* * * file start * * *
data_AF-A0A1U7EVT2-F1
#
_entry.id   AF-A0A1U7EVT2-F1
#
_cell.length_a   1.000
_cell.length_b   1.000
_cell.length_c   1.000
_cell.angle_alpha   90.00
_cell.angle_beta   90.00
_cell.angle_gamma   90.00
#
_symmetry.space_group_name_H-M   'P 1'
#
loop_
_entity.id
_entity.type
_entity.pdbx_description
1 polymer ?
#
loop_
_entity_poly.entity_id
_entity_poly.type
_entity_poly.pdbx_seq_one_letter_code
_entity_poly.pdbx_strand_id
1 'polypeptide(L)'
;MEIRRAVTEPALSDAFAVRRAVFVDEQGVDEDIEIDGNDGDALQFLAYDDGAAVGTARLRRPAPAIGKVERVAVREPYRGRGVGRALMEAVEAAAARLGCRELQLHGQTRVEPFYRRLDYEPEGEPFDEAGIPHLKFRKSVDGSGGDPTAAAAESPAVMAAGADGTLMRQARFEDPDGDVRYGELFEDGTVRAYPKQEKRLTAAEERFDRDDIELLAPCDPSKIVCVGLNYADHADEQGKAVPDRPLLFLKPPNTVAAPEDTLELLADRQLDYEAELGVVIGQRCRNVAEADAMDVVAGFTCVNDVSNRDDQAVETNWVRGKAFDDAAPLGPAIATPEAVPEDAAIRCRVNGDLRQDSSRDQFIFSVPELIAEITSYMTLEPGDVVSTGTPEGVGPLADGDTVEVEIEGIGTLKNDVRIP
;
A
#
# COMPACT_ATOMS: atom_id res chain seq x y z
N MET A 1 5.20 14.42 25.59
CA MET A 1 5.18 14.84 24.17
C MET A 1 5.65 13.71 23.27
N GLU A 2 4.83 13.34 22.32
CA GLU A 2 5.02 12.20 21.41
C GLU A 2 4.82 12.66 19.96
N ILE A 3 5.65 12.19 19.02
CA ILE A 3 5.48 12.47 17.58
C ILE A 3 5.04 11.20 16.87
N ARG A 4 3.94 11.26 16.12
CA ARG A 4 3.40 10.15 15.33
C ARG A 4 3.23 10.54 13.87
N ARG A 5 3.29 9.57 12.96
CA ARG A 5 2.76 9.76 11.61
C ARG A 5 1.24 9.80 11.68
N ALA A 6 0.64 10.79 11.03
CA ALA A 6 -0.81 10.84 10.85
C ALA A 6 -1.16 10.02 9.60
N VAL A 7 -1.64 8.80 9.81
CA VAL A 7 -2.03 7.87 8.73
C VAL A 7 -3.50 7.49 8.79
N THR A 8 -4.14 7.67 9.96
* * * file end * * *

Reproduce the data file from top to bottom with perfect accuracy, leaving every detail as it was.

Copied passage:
data_AF-A0A1U7EVT2-F1
#
_entry.id   AF-A0A1U7EVT2-F1
#
_cell.length_a   1.000
_cell.length_b   1.000
_cell.length_c   1.000
_cell.angle_alpha   90.00
_cell.angle_beta   90.00
_cell.angle_gamma   90.00
#
_symmetry.space_group_name_H-M   'P 1'
#
loop_
_entity.id
_entity.type
_entity.pdbx_description
1 polymer ?
#
loop_
_entity_poly.entity_id
_entity_poly.type
_entity_poly.pdbx_seq_one_letter_code
_entity_poly.pdbx_strand_id
1 'polypeptide(L)'
;MEIRRAVTEPALSDAFAVRRAVFVDEQGVDEDIEIDGNDGDALQFLAYDDGAAVGTARLRRPAPAIGKVERVAVREPYRGRGVGRALMEAVEAAAARLGCRELQLHGQTRVEPFYRRLDYEPEGEPFDEAGIPHLKFRKSVDGSGGDPTAAAAESPAVMAAGADGTLMRQARFEDPDGDVRYGELFEDGTVRAYPKQEKRLTAAEERFDRDDIELLAPCDPSKIVCVGLNYADHADEQGKAVPDRPLLFLKPPNTVAAPEDTLELLADRQLDYEAELGVVIGQRCRNVAEADAMDVVAGFTCVNDVSNRDDQAVETNWVRGKAFDDAAPLGPAIATPEAVPEDAAIRCRVNGDLRQDSSRDQFIFSVPELIAEITSYMTLEPGDVVSTGTPEGVGPLADGDTVEVEIEGIGTLKNDVRIP
;
A
#
# COMPACT_ATOMS: atom_id res chain seq x y z
N MET A 1 5.20 14.42 25.59
CA MET A 1 5.18 14.84 24.17
C MET A 1 5.65 13.71 23.27
N GLU A 2 4.83 13.34 22.32
CA GLU A 2 5.02 12.20 21.41
C GLU A 2 4.82 12.66 19.96
N ILE A 3 5.65 12.19 19.02
CA ILE A 3 5.48 12.47 17.58
C ILE A 3 5.04 11.20 16.87
N ARG A 4 3.94 11.26 16.12
CA ARG A 4 3.40 10.15 15.33
C ARG A 4 3.23 10.54 13.87
N ARG A 5 3.29 9.57 12.96
CA ARG A 5 2.76 9.76 11.61
C ARG A 5 1.24 9.80 11.68
N ALA A 6 0.64 10.79 11.03
CA ALA A 6 -0.81 10.84 10.85
C ALA A 6 -1.16 10.02 9.60
N VAL A 7 -1.64 8.80 9.81
CA VAL A 7 -2.03 7.87 8.73
C VAL A 7 -3.50 7.49 8.79
N THR A 8 -4.14 7.67 9.96